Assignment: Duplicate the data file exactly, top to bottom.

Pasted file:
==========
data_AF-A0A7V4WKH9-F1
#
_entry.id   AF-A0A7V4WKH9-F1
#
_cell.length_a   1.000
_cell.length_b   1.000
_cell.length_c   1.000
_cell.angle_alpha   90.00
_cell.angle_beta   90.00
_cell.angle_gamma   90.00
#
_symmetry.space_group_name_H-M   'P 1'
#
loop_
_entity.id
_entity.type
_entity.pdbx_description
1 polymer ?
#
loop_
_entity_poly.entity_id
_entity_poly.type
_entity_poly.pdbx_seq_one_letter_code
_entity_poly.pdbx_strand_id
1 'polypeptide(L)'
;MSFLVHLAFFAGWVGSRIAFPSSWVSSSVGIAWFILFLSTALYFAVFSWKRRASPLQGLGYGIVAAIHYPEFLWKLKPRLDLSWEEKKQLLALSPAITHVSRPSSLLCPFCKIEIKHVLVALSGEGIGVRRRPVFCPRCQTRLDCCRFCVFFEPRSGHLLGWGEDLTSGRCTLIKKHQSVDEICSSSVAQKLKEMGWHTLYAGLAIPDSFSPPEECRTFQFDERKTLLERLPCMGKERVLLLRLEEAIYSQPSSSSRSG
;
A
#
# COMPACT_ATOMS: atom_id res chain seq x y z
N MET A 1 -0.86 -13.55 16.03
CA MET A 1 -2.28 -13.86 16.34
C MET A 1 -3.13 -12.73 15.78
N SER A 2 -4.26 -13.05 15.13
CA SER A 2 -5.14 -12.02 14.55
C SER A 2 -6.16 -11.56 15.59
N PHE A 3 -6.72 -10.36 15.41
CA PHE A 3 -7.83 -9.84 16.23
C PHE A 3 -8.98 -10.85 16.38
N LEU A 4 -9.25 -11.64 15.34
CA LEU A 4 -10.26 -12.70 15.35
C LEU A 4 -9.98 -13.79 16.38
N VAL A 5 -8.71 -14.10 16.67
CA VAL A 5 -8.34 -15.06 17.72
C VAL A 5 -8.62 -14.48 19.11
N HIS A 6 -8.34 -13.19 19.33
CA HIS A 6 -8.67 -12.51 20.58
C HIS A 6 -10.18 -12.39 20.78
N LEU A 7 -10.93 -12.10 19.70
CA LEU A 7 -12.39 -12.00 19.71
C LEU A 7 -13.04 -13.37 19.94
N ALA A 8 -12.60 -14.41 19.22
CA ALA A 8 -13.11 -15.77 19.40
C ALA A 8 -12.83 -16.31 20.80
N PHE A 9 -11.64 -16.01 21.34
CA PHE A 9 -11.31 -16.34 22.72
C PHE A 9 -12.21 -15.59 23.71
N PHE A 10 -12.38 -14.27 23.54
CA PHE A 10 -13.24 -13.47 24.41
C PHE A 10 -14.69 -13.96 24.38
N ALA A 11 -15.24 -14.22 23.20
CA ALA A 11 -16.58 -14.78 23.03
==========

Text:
data_AF-A0A7V4WKH9-F1
#
_entry.id   AF-A0A7V4WKH9-F1
#
_cell.length_a   1.000
_cell.length_b   1.000
_cell.length_c   1.000
_cell.angle_alpha   90.00
_cell.angle_beta   90.00
_cell.angle_gamma   90.00
#
_symmetry.space_group_name_H-M   'P 1'
#
loop_
_entity.id
_entity.type
_entity.pdbx_description
1 polymer ?
#
loop_
_entity_poly.entity_id
_entity_poly.type
_entity_poly.pdbx_seq_one_letter_code
_entity_poly.pdbx_strand_id
1 'polypeptide(L)'
;MSFLVHLAFFAGWVGSRIAFPSSWVSSSVGIAWFILFLSTALYFAVFSWKRRASPLQGLGYGIVAAIHYPEFLWKLKPRLDLSWEEKKQLLALSPAITHVSRPSSLLCPFCKIEIKHVLVALSGEGIGVRRRPVFCPRCQTRLDCCRFCVFFEPRSGHLLGWGEDLTSGRCTLIKKHQSVDEICSSSVAQKLKEMGWHTLYAGLAIPDSFSPPEECRTFQFDERKTLLERLPCMGKERVLLLRLEEAIYSQPSSSSRSG
;
A
#
# COMPACT_ATOMS: atom_id res chain seq x y z
N MET A 1 -0.86 -13.55 16.03
CA MET A 1 -2.28 -13.86 16.34
C MET A 1 -3.13 -12.73 15.78
N SER A 2 -4.26 -13.05 15.13
CA SER A 2 -5.14 -12.02 14.55
C SER A 2 -6.16 -11.56 15.59
N PHE A 3 -6.72 -10.36 15.41
CA PHE A 3 -7.83 -9.84 16.23
C PHE A 3 -8.98 -10.85 16.38
N LEU A 4 -9.25 -11.64 15.34
CA LEU A 4 -10.26 -12.70 15.35
C LEU A 4 -9.98 -13.79 16.38
N VAL A 5 -8.71 -14.10 16.67
CA VAL A 5 -8.34 -15.06 17.72
C VAL A 5 -8.62 -14.48 19.11
N HIS A 6 -8.34 -13.19 19.33
CA HIS A 6 -8.67 -12.51 20.58
C HIS A 6 -10.18 -12.39 20.78
N LEU A 7 -10.93 -12.10 19.70
CA LEU A 7 -12.39 -12.00 19.71
C LEU A 7 -13.04 -13.37 19.94
N ALA A 8 -12.60 -14.41 19.22
CA ALA A 8 -13.11 -15.77 19.40
C ALA A 8 -12.83 -16.31 20.80
N PHE A 9 -11.64 -16.01 21.34
CA PHE A 9 -11.31 -16.34 22.72
C PHE A 9 -12.21 -15.59 23.71
N PHE A 10 -12.38 -14.27 23.54
CA PHE A 10 -13.24 -13.47 24.41
C PHE A 10 -14.69 -13.96 24.38
N ALA A 11 -15.24 -14.22 23.20
CA ALA A 11 -16.58 -14.78 23.03